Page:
In what might be the most important moment in cryptography for decades, a mysterious cipher left by the infamous Zodiac Killer seems to have finally been cracked. Documentary series The Zodiac Killer: Case Closed? has been following an intrepid team of detectives and code-breakers as they’ve delved into this notorious cold case, and it looks like they’ve had their biggest breakthrough yet.
The Zodiac Killer shot and stabbed his way through California in the late 1960s, somehow evading capture despite his habit of taunting the police and media with a string of enigmatic letters and ciphers. The first of these coded messages was cracked very quickly, but the second – known as the Z340 cipher – has beguiled some of the world’s greatest minds since it was sent in 1969.
In the Zodiac Killer: Case Closed?, ace detectives Sal LaBarbera and Ken Mains have been out in the field, following new leads, uncovering new evidence and potentially unidentified Zodiac victims, while back in HQ an elite team of cipher buffs have been trying to decipher the many riddles left by the faceless serial killer – including the Z340. This frighteningly talented group is led by Kevin Knight, a professor of computer science who specialises in machine translation, automata theory and – crucially – decipherment.
The team also includes David Oranchak, another computer whiz and cipher expert, and Sujith Ravi, a research scientist at Google who is adept at using computers to crack codes. There’s Craig Bauer, a professor of mathematics and author of Secret History: The Story of Cryptology. Not to mention Carmel, a super-computer that has been ingeniously programmed to “think” like the Zodiac Killer.
This is no easy thing, because part of the problem with the Zodiac Killer is assessing his level of conscious intent and “talent”. As cold case expert Ken Mains puts it in the series, “He was either the luckiest guy on the face of the Earth, or he was one of the smartest.” Sifting through the clues and communications means asking how much of it is meaningful and how much of it is random, misleading gibberish left by a chaotic mind. Has the Z340 cipher, which is made up of neat grid of esoteric symbols, proved hard to crack because it’s a work of code-making genius, or because it’s a nonsensical mash-up of methodologies, with no overall system that can be deciphered?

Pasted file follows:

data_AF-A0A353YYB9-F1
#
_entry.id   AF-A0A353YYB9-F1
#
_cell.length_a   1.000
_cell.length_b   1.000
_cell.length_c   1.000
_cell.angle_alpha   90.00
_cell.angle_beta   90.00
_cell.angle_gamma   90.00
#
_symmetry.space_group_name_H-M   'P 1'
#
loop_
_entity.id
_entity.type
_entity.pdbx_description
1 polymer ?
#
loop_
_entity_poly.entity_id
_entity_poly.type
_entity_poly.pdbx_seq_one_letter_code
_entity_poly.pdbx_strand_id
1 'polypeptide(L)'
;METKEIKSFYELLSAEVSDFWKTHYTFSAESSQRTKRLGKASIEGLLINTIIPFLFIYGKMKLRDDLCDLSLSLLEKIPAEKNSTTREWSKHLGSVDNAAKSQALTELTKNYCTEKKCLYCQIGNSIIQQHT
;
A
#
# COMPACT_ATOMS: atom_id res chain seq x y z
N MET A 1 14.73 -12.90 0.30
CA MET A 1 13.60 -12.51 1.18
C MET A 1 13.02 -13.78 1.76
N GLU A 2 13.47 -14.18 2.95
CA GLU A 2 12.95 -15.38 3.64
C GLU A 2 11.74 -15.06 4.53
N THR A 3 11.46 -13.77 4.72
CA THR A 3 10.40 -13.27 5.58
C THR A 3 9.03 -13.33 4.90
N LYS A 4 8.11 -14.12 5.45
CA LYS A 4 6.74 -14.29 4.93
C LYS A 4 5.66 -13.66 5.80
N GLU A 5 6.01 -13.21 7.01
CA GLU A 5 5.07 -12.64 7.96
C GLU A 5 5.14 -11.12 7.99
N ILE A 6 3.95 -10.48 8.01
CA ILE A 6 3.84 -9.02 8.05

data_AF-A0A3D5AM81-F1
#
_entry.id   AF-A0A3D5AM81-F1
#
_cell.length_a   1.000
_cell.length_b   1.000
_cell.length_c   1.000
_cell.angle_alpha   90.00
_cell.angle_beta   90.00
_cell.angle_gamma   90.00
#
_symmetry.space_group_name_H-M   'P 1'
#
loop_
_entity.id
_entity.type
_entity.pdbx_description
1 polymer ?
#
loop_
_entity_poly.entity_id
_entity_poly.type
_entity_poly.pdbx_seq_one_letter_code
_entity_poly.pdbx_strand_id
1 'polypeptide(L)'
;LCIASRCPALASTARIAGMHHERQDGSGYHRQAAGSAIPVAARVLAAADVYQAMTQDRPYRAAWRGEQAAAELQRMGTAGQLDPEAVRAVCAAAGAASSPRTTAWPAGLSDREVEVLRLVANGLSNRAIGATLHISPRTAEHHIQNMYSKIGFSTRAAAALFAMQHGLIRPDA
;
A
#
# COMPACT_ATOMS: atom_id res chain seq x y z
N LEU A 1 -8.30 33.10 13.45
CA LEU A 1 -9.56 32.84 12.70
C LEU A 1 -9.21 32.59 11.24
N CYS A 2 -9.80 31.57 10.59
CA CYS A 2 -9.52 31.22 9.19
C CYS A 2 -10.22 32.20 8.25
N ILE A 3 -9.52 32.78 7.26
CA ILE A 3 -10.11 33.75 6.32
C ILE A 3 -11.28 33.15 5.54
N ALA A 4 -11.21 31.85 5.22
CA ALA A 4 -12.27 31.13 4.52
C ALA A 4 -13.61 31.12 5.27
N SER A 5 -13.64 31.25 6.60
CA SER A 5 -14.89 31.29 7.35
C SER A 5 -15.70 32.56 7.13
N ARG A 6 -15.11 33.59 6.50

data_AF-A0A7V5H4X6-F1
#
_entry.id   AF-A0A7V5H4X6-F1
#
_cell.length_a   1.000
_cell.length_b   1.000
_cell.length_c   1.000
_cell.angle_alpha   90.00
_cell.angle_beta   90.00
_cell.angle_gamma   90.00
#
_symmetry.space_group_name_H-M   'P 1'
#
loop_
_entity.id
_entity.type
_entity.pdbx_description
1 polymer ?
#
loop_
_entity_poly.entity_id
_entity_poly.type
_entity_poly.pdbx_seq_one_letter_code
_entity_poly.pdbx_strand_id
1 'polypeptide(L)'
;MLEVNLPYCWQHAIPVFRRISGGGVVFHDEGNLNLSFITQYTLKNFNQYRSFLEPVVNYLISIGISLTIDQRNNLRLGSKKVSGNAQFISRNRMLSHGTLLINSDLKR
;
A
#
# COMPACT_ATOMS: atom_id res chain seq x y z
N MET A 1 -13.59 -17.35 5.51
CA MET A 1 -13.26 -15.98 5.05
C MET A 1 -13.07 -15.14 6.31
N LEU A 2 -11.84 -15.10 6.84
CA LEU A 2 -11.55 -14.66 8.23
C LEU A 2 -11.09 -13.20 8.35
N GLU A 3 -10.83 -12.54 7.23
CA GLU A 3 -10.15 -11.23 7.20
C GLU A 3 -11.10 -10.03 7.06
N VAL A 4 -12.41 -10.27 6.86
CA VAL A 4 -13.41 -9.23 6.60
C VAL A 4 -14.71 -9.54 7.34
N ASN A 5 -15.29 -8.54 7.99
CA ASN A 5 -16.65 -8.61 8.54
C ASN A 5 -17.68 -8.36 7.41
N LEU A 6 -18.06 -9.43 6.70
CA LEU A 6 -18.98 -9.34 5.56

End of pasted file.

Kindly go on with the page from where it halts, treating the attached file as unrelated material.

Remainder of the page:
This is the question raised by a new discovery by detectives Sal and Ken. Accessing FBI files into the Zodiac, they’ve found a letter that was sent by the President of the American Cryptogram Association, a loose network of hobbyists who enjoy setting and cracking codes. The letter pondered the possibility that the Zodiac was a member of the organisation, which would suggest the killer is/was a civilian rather than a military man. And this would have big implications for the Z340 cipher.
As Kevin Knight explains, “When we're looking at the military angle, we're looking at codes and ciphers that are very well structured, following rigid sets of rules, more like classical music. On the civilian side it's more like jazz, where he's just improvising.”
That would make the code far, far more difficult to crack, and perhaps explains why legions of codebreakers, from talented amateurs to top-level experts, have failed to defeat the Zodiac. But now, in Zodiac Killer: Case Closed?, Craig Bauer looks to have done just that, taking the huge deductive leap many thought wasn’t possible. According to Bauer, the culprit is indeed a civilian, and the Z340 does contain a name.
Is the Zodiac Killer about to be unmasked after all these decades?